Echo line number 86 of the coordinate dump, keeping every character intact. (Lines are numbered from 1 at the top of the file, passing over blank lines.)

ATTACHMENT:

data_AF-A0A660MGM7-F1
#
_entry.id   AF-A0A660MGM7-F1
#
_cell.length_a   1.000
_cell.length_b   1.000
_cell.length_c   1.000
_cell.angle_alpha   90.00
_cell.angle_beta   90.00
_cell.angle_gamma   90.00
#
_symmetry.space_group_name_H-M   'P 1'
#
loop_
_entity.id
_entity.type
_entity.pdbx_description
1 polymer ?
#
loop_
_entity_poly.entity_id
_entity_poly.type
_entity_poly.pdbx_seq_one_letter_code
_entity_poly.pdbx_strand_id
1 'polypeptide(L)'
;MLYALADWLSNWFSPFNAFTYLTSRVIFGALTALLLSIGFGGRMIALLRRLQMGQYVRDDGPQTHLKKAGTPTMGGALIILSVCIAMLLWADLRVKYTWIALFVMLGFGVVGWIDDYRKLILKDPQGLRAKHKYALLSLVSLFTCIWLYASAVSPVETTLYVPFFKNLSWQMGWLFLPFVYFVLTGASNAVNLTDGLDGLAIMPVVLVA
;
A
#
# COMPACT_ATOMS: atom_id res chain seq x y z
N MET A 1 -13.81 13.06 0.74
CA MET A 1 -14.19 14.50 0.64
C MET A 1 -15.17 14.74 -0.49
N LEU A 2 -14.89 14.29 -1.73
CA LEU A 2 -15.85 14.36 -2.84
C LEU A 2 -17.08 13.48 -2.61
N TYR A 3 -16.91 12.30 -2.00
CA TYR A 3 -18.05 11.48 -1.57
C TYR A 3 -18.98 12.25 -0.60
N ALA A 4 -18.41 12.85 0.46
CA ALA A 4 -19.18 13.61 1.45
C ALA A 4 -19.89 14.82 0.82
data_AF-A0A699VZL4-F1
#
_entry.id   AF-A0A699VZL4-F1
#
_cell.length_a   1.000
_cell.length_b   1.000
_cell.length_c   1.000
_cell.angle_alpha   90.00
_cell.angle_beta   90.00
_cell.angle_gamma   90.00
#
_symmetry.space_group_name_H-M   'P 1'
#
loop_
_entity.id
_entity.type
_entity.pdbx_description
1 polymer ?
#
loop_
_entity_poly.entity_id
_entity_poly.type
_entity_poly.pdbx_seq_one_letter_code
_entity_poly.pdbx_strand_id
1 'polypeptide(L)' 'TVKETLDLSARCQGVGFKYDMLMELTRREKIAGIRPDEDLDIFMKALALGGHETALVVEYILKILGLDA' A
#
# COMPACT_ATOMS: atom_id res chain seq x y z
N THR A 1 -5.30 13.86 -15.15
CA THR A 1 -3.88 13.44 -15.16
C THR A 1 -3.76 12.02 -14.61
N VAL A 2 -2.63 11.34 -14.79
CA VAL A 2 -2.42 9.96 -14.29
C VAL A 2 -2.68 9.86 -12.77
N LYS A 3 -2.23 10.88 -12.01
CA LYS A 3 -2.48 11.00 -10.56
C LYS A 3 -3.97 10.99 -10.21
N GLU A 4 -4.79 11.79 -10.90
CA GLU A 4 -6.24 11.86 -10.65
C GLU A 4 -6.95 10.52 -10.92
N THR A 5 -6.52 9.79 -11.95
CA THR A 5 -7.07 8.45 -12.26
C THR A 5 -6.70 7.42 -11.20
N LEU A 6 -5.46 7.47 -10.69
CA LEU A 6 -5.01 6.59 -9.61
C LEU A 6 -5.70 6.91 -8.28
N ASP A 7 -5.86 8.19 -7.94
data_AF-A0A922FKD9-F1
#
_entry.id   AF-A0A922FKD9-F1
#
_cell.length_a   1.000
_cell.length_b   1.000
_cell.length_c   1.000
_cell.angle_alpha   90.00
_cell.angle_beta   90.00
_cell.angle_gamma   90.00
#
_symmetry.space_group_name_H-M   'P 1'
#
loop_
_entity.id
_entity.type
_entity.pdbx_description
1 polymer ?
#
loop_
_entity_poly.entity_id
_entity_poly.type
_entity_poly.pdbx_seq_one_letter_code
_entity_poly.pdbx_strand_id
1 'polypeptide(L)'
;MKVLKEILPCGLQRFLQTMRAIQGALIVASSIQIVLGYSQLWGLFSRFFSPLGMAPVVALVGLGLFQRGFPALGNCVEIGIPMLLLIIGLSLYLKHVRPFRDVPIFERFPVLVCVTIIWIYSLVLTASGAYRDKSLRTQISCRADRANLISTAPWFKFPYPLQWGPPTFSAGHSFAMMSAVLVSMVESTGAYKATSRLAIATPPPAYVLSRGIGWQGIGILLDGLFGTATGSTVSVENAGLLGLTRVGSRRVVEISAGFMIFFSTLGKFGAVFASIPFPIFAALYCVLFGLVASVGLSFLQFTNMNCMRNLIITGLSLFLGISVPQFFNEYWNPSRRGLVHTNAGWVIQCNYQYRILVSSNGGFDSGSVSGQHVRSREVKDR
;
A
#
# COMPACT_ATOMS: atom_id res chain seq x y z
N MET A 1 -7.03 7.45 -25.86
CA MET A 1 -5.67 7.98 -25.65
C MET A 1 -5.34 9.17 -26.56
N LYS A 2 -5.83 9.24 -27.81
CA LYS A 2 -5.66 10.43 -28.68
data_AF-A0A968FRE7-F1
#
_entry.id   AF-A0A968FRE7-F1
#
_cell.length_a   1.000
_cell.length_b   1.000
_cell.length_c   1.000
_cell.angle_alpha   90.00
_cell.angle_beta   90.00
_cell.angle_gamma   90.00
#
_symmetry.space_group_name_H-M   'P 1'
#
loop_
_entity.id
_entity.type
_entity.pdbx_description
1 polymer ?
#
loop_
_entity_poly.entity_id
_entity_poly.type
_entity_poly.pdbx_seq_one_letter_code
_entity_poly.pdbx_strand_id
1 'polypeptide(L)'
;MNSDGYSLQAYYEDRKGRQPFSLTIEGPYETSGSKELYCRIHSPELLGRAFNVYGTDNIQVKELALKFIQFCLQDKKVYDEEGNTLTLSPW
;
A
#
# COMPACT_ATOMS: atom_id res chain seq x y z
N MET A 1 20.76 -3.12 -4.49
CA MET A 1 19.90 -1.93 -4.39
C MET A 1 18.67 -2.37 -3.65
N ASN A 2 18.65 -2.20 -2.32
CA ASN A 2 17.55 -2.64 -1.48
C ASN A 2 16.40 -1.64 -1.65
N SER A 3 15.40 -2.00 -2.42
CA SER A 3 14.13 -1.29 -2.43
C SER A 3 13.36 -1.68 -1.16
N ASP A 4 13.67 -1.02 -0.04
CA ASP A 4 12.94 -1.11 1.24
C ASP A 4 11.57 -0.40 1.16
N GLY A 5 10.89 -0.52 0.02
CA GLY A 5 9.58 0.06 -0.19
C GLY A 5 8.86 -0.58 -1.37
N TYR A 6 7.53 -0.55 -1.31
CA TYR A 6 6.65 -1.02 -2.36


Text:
CA LEU A 6 -5.01 6.59 -9.61